To those of us who frequented New York's musical clubs in that era, Mandela came to us in song as well as image. The Specials were a great British ska band with a sound that moved, they played all the clubs in New York when they were in town, and ska ran second only to over-driven punk rock (and vintage Motown, if truth be told) on the big jukebox downstairs at Max's. As Columbia students marched, the Specials released a protest song with a hook so damned big you couldn't help but sing Nelson Mandela's name all day long. Free-ee-ee-ee Nelson Mandela. At the time, of course, Mandela was still in prison for this efforts to overthrow Apartheid; he'd serve another six years for a total of more than 27 years. His body abused, but his mind is still free. You're so blind that you cannot see. The song was everywhere. And the Specials were cool.

A few years ago, I found myself chatting briefly with Illinois Senator Barack Obama in the receving line at the Waldorf Astoria Hotel. Dressed uncomfortably in rented white tie and tails - required get-up for the dais at the annual Al Smith Dinner - Obama stood next to Cardinal Egan, who in turn stood next to Senator John McCain and his wife Cindy, in the traditional show of bi-partisanship and Catholic elan that defines the famous occasion during Presidential election years. Obama looked tired and not entirely comfortable, but I waded in anyway. We talked a little bit about Columbia days and sitting on the steps in front of Low Library in warm weather. And then I told him I knew he'd been in the divestment marches, part of that movement. "It was formative," he said, in that professorial tone we've all come to know, with the clipped mid-western "r" he uses. We shook hands and I moved on, somewhat concerned that I'd left the impression that I was a college rabble-rouser and not the campus Strat-o-matic champion.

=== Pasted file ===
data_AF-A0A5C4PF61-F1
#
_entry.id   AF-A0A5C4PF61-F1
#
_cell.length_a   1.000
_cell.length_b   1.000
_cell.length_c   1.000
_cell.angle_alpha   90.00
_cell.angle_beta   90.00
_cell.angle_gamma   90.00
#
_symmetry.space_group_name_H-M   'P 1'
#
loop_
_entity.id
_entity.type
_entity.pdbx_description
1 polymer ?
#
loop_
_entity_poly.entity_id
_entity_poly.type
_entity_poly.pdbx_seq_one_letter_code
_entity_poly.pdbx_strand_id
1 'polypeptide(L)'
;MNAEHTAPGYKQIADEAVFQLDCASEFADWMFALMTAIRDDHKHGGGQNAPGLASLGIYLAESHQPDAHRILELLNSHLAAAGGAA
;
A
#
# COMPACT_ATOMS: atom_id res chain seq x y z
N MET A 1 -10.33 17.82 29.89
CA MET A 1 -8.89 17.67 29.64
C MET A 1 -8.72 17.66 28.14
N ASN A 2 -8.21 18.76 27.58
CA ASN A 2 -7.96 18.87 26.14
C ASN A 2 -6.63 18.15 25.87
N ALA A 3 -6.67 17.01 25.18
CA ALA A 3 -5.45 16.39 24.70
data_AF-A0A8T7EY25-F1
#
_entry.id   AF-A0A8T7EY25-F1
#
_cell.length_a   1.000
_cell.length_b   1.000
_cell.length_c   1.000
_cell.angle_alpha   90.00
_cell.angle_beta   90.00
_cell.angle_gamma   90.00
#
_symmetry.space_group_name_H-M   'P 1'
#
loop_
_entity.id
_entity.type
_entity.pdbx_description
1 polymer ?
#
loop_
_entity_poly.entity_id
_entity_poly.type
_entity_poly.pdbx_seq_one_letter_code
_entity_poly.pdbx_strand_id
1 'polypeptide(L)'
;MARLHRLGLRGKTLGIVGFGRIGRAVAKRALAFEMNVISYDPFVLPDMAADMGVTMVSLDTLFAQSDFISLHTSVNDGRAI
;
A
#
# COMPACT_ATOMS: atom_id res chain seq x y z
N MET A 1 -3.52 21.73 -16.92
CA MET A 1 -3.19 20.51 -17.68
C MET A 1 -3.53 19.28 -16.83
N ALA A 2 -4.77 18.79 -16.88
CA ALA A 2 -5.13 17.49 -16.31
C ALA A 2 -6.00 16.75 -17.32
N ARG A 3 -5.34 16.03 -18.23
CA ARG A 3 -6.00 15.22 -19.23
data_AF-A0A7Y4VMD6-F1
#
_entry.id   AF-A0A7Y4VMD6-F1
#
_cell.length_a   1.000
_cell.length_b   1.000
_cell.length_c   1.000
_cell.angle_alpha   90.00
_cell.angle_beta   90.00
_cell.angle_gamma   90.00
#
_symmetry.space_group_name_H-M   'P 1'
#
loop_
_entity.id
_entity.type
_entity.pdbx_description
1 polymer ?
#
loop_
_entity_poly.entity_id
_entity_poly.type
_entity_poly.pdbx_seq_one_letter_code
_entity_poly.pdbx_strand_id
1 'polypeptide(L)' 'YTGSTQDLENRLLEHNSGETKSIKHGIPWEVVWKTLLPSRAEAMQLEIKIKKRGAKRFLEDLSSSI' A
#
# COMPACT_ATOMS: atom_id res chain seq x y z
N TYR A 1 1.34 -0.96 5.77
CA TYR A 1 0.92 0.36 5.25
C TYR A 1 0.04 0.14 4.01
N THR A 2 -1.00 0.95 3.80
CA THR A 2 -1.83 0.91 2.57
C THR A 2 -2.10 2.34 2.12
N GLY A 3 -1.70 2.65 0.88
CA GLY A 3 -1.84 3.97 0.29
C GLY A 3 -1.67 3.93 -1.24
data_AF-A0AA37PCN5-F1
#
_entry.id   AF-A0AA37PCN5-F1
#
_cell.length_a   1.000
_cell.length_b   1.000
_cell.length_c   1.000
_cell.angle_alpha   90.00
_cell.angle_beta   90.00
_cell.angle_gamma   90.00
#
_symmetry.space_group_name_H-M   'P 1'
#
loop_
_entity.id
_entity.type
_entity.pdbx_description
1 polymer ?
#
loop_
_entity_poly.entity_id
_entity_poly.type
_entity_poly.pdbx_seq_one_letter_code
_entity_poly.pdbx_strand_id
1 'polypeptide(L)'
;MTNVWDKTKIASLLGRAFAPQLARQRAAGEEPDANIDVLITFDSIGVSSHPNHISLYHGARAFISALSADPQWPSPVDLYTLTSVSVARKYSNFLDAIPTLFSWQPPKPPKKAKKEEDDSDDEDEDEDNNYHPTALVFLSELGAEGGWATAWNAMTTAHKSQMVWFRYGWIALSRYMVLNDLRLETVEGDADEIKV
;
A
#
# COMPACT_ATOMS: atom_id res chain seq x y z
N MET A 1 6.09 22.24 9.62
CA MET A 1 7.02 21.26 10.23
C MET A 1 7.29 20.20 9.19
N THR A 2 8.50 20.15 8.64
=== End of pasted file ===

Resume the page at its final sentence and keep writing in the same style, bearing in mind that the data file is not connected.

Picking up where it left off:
A year later, in the same Waldorf setting, I found myself standing next to Steve van Zandt, the Bruce Springsteen sideman and Sopranos actor, at another charity dinner. Strangely enough, the subject of Apartheid came up again, and I praised his work in the effort. Van Zandt had led a coalition of musicians in the recording of Sun City in 1985, a year after I left Columbia. The song called on artists no to play the Sun City resort, then a whites only casino enclave for wealthy South Africans. In addition to Springsteen, Van Zandt had rounded up the likes of Lou Reed, Keith Richards, Pete Townshend, Miles Davis, Bob Dylan and Joey Ramone to take part. Twenty-three million can't vote because they're black. We're stabbing our brothers and sisters in the back. It was another great song that stuck with you.

Obama was right. It was a formative time, and the figure of Nelson Mandela and twenty-three million countrymen denied basic human rights did tend to stick. The divestment battle and the rallies to push the United States to do the right thing in South Africa made a different. Winning victories, says my friend Al Giordano, an organizer with a Vince Lombardi mindset, is what drives real citizens movements: "Mandela will always be one of history’s great role models in the art of building public opinion to win victory, instead of suffering defeat after defeat."

On that rainy night on Morningside Heights, I did finally find the delivery man on Amsterdam Avenue. But I think I found something more as well, and it was linked to man in a jail cell thousands of miles away. I had no role in that struggle at all, but I saw the art of building public first hand, the power of the story in the cause. And the protest songs had big hooks, besides.